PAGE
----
says Rashmi Banga, head of trade competitiveness at the Commonwealth
Secretariat. “In India, Nigeria, South Africa, Kenya and the Caricom
countries, there are openings for many new services and products – eg
infrastructure, accountancy and legal services, [or] providing the
technology to the India Smart Cities project. This is where UK
services can grow exponentially”. The inaugural India-Commonwealth SME
Association trade summit in May will present opportunities. Grow the
value of trade now, and there may be more incentive to reach free
trade deals after 2019.

Meanwhile, Trinidadian economist Marla Dukharan gives hope to the
prospect of UK bilateral deals gaining traction. In her view, regional
association Caricom has been too weak and slow-moving to represent the
Caribbean at the negotiating table, and each island should seek a more
meaningful discussion over trade bilaterally with both the UK and the
EU.

The boisterously Brexit-friendly CANZUK movement with Tony Abbott and
historian Andrew Roberts among its leading lights calls for free
movement as well as free trade across Canada, Australia, New Zealand
and Britain. What do citizens of other Commonwealth nations think
would sweeten relations between their countries and the UK? Gaston
Chee, a Malaysian with an education business operating in China and
Britain, contrasts how London and Beijing court his compatriots: it
takes three months to get a bank account in the UK but less than 15
minutes in China. As for the May government’s insistence that foreign
students return home promptly after finishing their courses rather
than encouraging them to stay to build a business, “Do you think it is
fair to have paid hundreds of thousands of pounds and not be able to
attend graduation?”, he asks.

Rajesh Thind, a British-Indian writer and filmmaker who has spent five
of the past 10 years in Delhi and Mumbai, says Indians are predisposed
towards trying to understand and to work with the UK, “but it comes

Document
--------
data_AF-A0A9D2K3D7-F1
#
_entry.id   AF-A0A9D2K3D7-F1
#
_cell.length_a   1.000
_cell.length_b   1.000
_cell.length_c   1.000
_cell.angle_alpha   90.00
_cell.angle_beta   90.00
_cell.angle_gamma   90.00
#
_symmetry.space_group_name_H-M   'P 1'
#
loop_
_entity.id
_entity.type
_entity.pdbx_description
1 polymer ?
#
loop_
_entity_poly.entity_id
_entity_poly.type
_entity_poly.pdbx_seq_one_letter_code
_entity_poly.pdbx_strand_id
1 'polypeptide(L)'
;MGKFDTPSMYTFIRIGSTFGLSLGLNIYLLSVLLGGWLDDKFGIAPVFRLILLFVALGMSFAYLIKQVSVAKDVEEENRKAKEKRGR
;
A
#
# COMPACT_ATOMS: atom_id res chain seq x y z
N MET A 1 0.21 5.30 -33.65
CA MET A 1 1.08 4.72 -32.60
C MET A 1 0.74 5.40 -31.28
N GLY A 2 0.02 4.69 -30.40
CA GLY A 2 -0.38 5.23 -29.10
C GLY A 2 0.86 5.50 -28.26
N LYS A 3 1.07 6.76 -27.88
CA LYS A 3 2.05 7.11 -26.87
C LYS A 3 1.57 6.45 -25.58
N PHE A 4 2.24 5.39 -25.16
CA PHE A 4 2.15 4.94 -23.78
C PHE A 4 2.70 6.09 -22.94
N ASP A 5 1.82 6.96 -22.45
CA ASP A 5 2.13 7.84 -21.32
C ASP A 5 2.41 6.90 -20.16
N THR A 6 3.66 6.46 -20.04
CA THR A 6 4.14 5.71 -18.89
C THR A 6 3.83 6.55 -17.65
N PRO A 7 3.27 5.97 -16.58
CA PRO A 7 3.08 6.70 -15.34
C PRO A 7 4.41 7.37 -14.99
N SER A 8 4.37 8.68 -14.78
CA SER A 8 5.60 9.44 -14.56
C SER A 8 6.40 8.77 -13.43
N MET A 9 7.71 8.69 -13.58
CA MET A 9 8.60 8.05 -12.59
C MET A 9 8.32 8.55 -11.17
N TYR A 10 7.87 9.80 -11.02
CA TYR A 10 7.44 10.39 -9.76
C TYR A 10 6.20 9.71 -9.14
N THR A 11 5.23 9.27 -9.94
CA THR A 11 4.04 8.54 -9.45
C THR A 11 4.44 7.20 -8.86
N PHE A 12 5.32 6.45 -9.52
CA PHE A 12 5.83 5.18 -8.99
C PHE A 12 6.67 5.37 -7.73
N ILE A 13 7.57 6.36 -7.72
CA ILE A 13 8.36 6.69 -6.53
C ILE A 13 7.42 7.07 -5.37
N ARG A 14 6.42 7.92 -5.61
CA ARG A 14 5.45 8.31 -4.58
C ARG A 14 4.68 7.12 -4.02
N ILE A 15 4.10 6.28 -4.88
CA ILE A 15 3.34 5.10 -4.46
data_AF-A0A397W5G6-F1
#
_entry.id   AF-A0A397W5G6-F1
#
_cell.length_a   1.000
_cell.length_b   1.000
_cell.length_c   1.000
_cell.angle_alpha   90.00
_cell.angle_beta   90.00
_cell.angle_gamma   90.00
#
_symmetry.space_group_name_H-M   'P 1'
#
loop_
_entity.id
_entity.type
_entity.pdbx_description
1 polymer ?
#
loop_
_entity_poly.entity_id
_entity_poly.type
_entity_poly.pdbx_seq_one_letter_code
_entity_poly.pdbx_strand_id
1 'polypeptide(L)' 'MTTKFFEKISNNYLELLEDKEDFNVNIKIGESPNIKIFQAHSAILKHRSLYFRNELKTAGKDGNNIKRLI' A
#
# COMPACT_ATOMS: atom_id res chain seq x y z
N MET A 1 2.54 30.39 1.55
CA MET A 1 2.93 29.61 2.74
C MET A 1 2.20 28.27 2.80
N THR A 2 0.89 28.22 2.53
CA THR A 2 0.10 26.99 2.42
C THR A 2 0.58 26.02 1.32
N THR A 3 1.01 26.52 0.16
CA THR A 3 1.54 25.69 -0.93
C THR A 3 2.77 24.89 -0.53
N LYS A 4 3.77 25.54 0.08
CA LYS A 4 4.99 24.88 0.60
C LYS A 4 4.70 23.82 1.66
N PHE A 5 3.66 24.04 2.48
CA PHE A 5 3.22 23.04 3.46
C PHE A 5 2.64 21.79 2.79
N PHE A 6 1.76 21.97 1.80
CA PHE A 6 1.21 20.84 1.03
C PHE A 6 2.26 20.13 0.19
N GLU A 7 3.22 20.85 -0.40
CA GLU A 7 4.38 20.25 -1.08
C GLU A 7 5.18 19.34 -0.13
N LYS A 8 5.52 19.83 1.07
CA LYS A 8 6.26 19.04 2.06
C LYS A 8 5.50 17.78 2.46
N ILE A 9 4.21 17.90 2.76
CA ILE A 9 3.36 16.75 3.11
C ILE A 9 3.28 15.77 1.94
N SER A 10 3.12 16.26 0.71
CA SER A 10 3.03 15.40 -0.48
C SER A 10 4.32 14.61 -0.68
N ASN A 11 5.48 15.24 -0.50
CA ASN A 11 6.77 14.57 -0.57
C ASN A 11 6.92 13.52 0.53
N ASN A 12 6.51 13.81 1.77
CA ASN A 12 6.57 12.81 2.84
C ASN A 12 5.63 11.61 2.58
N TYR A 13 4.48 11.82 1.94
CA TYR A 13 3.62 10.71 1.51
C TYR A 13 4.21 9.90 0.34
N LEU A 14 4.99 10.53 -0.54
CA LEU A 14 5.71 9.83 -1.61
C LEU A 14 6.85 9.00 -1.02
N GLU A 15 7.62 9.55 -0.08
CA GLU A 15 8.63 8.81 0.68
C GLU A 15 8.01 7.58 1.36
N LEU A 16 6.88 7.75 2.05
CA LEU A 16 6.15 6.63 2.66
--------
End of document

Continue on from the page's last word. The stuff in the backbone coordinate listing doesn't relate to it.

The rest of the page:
from a muscular position of wanting a good deal and the securing of
free movement”. This needn’t mean long-term immigration – “it could be
two or five to ten years. A lot of people want to train up and go
back”. Peter Bone MP says he is potentially open to this – “One of the
great things about coming out of the EU is that if we want to decide
that, we can”. Thind echoes the recent calls on Channel 4 News by
dapper Indian MP Shashi Tharoor for Britain to come to terms with its
actions as a coloniser – for much more practical reasons, to Thind’s
mind, than post-imperial guilt. “The middle-ground in India is very
self-aware that rapid growth since 1991 has been a) very unequally
distributed and b) taken place in the context of bureaucratic inertia.
Cities are teeming, infrastructure is creaking, manufacturing needs
upgrading. We need expertise and partners… We can make the Indian
success story part of the British story, but that will take a
historical reckoning”.

Brexit and its consequences occasion radical and courageous fresh
thinking. The Commonwealth might yet assume an unexpected role in the
UK’s economic future – but this might take a brave new departure by
the immigration-chary May government, too.

  • 1729torus

    If the UK wanted to trade with booming former colonies, why is it imposing barriers between itself and Ireland?

    • Zen9

      Well it’s that’s not really the case. Rather since the Republic of Ireland is currently staying in the EU, it is the EU which is requiring a hard border.

openDemocracyUK presents a debate about how to build a just, sustainable, and resilient economy. Find out more about the project & submit your ideas.


  • All
  • Civil Society
  • Constitution
  • Education
  • Elections
  • Infrastructure
  • Local Government
  • Measurement
  • Money
  • Ownership
  • Procurement
  • Regulation
  • Research and Development
  • Spending
  • Tax
  • Trade policy
  • openDemocracy is an independent, non-profit global media outlet, covering world affairs, ideas and culture, which seeks to challenge power and encourage democratic debate across the world. We publish high-quality investigative reporting and analysis; we train and mentor journalists and wider civil society; we publish in Russian, Arabic, Spanish and Portuguese and English.